Back in July I posted a story about a high profile expedition that was traveling to the South Pacific to search for Amelia Earhart’s missing airplane. We’ve covered stories about similar expeditions in the past of course, but what made this one unique and intriguing was exactly who was leading the search. This time out, the team looking for the elusive aircraft was led by underwater archaeologist, and researcher Robert Ballard, who has a long history of finding things that have gone missing in the ocean. In fact, it was Ballard who located the Titanic, amongst other notable ocean finds. So, it was with some optimism that historians hoped he could find Earhart’s plane as well. Unfortunately, that search came up empty although it did manage to uncover some long-lost clues.
For this latest search for Earhart, Ballard and his team focused on the remote Nikumaroro Atoll, which is part of the nation of Kiribati. Many researchers believe that the aviator may have set her plane down there after becoming lost on her way to Howland Island. Nikumaroro falls upon her last known flight path and artifacts located on the island in the past by The International Group for Historic Aircraft Recovery have provided some evidence that someone visited the uninhabited island in the past. But without finding Earhart’s Lockheed Electra 10E aircraft, the ultimate fate of the pilot, and her navigator Fred Noonan, remains a mystery.
Using high-tech sonar, underwater scanning systems, and remotely piloted vehicles, Ballard and his team managed to create what is likely the most detailed map of the area surrounding Nikumaroro. Geologically speaking, they truly got to know the island but all of those efforts came up short. There was no sign of the aircraft anywhere and debris collected from the ocean floor showed no links to the Electra.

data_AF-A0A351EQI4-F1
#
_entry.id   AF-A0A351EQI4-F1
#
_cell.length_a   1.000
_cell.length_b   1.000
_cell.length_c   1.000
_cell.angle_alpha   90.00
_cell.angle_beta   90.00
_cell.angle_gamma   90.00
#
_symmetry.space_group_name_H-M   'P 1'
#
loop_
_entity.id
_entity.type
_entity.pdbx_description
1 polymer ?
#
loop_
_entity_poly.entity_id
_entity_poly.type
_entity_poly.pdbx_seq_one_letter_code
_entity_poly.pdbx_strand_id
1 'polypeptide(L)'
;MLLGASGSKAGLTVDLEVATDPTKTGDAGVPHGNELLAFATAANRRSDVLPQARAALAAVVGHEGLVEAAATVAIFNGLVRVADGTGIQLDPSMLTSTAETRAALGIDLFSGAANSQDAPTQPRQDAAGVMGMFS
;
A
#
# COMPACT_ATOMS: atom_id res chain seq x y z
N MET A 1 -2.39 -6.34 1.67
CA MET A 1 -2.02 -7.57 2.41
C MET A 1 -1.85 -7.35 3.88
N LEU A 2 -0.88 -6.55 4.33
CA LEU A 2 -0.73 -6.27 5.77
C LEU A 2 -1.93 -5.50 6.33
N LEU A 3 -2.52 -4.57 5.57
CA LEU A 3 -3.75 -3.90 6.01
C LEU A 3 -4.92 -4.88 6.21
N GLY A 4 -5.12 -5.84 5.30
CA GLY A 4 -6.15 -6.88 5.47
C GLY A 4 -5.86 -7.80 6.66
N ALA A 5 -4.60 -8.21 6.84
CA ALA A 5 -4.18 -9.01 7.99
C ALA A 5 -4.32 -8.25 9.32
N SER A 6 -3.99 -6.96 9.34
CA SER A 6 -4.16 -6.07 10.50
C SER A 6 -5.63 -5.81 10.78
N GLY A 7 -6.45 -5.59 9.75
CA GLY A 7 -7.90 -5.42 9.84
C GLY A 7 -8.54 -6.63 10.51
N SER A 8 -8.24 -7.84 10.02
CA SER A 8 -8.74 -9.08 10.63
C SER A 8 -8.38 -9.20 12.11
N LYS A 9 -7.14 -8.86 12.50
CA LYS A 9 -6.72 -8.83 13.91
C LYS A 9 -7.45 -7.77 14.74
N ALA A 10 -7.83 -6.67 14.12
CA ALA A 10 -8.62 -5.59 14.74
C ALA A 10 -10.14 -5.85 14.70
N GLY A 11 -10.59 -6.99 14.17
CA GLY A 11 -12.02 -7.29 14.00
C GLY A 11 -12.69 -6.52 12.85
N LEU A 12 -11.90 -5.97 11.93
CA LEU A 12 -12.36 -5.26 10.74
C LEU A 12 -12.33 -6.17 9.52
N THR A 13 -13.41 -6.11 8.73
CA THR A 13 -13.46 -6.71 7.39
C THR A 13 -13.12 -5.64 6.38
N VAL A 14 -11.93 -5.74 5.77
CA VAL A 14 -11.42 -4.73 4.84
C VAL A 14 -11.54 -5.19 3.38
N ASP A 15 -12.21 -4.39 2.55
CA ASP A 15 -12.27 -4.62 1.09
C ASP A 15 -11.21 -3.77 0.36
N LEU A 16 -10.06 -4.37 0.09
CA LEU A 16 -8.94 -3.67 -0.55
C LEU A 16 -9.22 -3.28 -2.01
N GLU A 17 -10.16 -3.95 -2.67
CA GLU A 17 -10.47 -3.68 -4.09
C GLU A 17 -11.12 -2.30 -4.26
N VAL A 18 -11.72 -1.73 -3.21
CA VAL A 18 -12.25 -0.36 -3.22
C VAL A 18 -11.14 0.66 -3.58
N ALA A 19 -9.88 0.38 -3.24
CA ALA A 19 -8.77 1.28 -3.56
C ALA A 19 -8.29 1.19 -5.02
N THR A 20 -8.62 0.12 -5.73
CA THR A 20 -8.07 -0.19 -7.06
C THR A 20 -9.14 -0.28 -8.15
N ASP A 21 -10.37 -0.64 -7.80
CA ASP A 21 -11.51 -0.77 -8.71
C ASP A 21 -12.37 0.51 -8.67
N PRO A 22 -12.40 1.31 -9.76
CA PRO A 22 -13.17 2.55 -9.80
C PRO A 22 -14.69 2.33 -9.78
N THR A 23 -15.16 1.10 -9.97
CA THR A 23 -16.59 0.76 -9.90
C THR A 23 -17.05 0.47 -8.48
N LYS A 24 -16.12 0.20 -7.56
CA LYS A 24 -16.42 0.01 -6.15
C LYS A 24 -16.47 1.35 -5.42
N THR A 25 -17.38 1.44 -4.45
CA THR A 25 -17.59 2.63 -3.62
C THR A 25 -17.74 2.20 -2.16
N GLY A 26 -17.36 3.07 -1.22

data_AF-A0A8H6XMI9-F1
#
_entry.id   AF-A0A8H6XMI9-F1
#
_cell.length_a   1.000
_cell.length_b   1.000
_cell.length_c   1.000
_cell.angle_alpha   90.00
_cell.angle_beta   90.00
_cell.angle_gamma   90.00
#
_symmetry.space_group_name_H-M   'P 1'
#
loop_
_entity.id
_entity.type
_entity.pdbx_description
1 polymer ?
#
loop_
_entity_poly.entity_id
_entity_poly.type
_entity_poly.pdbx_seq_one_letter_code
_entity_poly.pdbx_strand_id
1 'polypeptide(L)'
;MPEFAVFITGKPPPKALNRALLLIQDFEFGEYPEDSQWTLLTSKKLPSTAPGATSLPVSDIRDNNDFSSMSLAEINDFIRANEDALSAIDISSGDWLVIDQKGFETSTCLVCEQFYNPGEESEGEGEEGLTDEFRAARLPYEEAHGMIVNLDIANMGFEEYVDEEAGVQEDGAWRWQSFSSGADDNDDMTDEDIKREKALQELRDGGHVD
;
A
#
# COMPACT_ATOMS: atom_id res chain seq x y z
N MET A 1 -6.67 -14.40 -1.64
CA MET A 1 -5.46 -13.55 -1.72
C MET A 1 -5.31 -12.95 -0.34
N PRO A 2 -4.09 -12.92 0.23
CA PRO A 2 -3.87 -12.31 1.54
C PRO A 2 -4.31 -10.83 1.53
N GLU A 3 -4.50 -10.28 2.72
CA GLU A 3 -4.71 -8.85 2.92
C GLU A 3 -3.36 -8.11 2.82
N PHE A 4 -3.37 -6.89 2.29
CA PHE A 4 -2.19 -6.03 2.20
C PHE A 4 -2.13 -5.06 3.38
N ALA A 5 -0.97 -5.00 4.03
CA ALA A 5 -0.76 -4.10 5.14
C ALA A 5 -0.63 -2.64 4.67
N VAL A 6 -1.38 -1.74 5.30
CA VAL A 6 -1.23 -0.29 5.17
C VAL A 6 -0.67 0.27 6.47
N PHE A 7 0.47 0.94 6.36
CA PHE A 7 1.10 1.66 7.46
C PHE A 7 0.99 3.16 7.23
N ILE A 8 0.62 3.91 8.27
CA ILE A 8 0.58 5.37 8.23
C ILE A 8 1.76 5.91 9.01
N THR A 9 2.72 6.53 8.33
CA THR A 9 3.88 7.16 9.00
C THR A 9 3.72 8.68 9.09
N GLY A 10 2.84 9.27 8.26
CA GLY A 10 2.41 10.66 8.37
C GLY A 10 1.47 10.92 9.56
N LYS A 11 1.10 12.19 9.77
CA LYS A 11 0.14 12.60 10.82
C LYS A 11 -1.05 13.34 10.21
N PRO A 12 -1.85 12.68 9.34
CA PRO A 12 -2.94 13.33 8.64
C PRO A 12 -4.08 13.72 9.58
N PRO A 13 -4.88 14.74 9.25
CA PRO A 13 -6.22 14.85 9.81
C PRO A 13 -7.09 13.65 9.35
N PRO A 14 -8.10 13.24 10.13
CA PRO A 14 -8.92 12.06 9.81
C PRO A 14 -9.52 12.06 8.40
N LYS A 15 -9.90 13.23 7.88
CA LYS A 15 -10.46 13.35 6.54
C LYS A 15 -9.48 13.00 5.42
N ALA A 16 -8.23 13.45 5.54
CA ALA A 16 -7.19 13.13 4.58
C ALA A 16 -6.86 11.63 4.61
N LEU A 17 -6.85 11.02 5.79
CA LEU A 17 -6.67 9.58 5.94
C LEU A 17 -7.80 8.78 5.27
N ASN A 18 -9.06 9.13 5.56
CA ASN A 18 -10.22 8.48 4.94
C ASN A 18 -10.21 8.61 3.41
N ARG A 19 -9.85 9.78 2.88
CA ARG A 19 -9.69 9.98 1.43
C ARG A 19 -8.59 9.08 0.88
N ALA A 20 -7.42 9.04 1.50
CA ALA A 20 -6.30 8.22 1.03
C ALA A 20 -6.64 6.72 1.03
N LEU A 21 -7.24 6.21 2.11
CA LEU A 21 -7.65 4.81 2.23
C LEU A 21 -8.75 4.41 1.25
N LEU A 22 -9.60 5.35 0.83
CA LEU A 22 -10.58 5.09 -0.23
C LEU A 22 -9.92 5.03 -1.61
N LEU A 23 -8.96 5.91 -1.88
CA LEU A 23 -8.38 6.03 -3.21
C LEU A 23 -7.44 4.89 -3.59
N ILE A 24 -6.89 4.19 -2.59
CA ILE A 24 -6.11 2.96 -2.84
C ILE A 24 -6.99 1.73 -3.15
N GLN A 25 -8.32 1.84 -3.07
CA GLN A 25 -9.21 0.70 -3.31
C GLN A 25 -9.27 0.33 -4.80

“We visually examined 100 percent of the island down to 750 meters [2,400 feet] and did not see evidence of the plane,” Ballard told National Geographic, which helped fund the expedition for a television show set to air in October. “We did 100 percent of the primary zone visually down to 900 meters [3,000 feet].”
At this time, Ballard doesn’t plan on going back to search any further, although his “ground team” may have uncovered evidence that could convince him to change his mind. Nat Geo reports that researchers may have uncovered a vital clue that has been missing for nearly eight decades. Back in the 1940s, some bones – including a human skull – were found on the island and were believed to have been shipped to Fiji, where they were promptly lost. Researchers now believe that they have found fragments of the skull and other bones in a museum in Kiribati and that those bones likely belonged to an adult female. Obviously identifying them as Earhart will take some doing, but there is the possibility that an important clue to her fate may have been uncovered after nearly 80 years.
For now though, there is no new findings to truly report and the location of the plane remains a mystery. We probably haven’t heard the last of this story however, so stay tuned for future updates.
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